Former Obama White House Adviser Arrested for Allegedly Stealing $218,000 From Charter School

By Michael W. Chapman | April 28, 2021 | 12:36pm EDT
Seth Andrew, 42, a former senior adviser to President Barack Obama. (Wikimedia Commons)
Seth Andrew, 42, a former senior adviser to President Barack Obama. (Wikimedia Commons)

(CNS News) -- Seth Andrew, a former senior adviser to President Barack Obama on education and civic technology, was arrested on Apr. 27 and charged with alleged wire fraud, money laundering, and the theft of $218,000 from a charter school network that he founded, reported the U.S. Attorney's Office for the Southern District of New York.

Andrew, 42, also a former senior adviser in the U.S. Department of Education, is the founder of Democracy Prep, a network of public charter schools in Harlem, the Bronx, Camden, Baton Rouge and Washington, D.C. He earned his Masters in Education from Harvard University and his B.A. from Brown University.

Seth Andrew.  (Screenshot, The Ohio Star)
Seth Andrew. (Screenshot, The Ohio Star)

“As alleged, Seth Andrew abused his position as a founder of a charter school network to [allegedly] steal from the very same schools he helped create," said Audrey Strauss, the U.S. Attorney for the Southern District of New York.  

"Andrew is not only alleged to have stolen the schools’ money but also to have used the stolen funds to obtain a savings on a mortgage for a multimillion-dollar Manhattan apartment," said Strauss.   "Thanks to the FBI’s diligent work, Andrew now faces federal charges for his alleged scheme.”     

In the scheme, Andrew allegedly moved school funds from two Escrow Accounts -- funds reserved in case the school dissolved -- and then shuffled them through a couple different bank accounts in 2019. As the U.S. Attorney's office relates, Andrew represented to a bank employee "that he was a 'Key Executive with Control of' School Network-1 Charter School, which was a lie."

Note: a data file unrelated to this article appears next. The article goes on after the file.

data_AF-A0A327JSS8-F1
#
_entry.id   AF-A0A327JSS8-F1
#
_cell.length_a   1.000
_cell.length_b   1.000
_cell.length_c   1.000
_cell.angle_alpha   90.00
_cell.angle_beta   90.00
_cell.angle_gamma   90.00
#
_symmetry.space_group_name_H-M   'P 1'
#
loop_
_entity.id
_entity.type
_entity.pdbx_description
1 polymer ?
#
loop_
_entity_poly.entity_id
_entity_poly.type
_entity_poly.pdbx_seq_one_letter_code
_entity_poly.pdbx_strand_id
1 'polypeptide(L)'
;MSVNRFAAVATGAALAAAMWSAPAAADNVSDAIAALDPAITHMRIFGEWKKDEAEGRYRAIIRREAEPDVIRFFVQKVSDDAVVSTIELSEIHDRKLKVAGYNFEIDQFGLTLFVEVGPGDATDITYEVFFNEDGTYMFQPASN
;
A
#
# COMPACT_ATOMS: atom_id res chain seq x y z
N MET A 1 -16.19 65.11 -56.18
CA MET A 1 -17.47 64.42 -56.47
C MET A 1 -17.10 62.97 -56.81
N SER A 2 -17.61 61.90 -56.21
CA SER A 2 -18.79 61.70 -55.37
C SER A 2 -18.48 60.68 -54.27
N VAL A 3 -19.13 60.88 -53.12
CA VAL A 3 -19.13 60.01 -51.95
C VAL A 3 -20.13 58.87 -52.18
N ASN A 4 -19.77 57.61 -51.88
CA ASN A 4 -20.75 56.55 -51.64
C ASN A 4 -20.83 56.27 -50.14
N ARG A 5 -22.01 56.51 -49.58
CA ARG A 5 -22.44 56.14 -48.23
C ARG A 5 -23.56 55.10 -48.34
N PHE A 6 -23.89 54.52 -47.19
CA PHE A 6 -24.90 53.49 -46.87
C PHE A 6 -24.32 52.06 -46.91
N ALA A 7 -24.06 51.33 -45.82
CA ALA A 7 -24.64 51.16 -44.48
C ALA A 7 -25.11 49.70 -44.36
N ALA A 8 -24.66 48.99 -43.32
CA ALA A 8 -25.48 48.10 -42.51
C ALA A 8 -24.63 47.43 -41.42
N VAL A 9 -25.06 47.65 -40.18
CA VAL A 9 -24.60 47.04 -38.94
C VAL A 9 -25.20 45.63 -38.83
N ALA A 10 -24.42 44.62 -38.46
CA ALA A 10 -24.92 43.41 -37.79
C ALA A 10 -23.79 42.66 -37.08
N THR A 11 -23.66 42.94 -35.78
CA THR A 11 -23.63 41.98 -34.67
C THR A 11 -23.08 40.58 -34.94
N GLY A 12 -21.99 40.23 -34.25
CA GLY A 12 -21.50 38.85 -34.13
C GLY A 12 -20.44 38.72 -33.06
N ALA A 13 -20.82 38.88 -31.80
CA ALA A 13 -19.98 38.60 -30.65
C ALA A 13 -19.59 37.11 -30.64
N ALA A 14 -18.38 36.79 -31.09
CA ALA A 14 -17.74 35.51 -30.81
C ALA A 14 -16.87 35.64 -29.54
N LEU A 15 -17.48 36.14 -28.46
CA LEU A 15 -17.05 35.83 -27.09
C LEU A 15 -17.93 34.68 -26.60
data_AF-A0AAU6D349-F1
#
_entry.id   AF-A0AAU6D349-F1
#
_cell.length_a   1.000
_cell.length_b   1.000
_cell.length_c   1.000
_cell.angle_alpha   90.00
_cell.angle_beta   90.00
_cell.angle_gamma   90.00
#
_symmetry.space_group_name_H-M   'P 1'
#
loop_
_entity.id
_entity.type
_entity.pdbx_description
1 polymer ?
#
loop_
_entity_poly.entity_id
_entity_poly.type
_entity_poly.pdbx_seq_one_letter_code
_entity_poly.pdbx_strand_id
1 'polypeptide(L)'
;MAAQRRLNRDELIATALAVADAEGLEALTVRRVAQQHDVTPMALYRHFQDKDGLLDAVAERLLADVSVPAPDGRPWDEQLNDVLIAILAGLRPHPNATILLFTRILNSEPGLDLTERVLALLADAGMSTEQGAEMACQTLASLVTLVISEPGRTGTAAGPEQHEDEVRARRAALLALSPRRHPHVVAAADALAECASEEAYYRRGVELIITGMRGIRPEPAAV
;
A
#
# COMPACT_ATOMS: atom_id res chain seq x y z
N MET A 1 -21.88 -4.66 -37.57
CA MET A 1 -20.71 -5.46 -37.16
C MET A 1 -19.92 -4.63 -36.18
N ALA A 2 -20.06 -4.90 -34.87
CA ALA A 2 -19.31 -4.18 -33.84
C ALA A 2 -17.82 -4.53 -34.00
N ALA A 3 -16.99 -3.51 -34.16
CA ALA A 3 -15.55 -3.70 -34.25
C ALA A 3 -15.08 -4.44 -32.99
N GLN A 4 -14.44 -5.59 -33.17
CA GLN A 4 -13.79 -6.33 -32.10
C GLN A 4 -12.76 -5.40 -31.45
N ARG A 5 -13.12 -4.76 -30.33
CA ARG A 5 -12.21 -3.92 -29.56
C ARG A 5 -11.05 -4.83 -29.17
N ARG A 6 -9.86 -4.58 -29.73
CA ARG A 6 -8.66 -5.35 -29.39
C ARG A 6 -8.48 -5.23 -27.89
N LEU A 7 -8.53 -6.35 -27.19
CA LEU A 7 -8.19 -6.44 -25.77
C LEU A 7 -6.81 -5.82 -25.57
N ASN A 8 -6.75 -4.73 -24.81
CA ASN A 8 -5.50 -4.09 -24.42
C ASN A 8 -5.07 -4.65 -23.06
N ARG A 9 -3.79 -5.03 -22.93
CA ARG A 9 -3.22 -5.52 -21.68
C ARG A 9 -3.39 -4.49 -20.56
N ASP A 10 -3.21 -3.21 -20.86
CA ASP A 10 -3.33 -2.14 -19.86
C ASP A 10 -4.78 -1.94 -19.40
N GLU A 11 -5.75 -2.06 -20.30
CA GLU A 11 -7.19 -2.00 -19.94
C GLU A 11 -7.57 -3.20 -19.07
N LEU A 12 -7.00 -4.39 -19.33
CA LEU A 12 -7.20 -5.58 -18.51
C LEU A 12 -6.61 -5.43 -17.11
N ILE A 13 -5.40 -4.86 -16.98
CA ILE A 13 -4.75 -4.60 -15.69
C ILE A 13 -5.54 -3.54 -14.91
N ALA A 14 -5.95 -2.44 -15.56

Audrey Strauss, the U.S. Attorney for the Southern District of New York.  (Screenshot, Financial Times)
Audrey Strauss, the U.S. Attorney for the Southern District of New York. (Screenshot, Financial Times)

Andrew then allegedly used the funds to help obtain a lower interest rate on a mortgage for a residential property he wanted buy in New York City, for approximately $2,368,000, reported the U.S. Attorney's Office. 

"To effectuate that purchase, ANDREW, and his spouse, obtained a mortgage from Bank-2 in the amount of $1,776,000 with an interest rate of 2.5% –  taking full advantage of the promotion Bank-2 offered," said the U.S. Attorney's Office. 

Eventually, the funds taken from the school's Escrow Accounts, $144,473.29, ended up in a Certificate of Deposit. This matured on May 20, 2020, and earned Andrew $2,083.52 in interest, reported the U.S. Attorney's Office. 

William F. Sweeney Jr., the Assistant Director of the FBI's New York Field Office. (FBI.gov)
William F. Sweeney Jr., the Assistant Director of the FBI's New York Field Office. (FBI.gov)

William F. Sweeney Jr., the Assistant Director of the FBI's New York Field Office, said,  “Locking into the lowest interest rate when applying for a loan is certainly the objective of every home buyer, but when you don’t have the necessary funds to put down, and you [allegedly] steal the money from your former employer to make up the difference, saving money in interest is likely to be the least of your concerns."

"We allege today that Andrew did just that, and since the employer he [allegedly] stole from was a charter school organization, the money he took belonged to an institution serving school-aged children," said Sweeney. "Today, Andrew himself is learning one of life’s most basic lessons – what doesn’t belong to you is not yours for the taking.”

Andrew "is charged with one count of wire fraud, which carries a maximum sentence of 20 years in prison, one count of money laundering, which carries a maximum sentence of 20 years in prison, and one count of making a false statement to a bank, which carries a maximum sentence of 30 years in prison," said the U.S. Attorney's Office.

The Office also stressed that the "charges in the Complaint are merely allegations, and the defendant is presumed innocent unless and until proven guilty."

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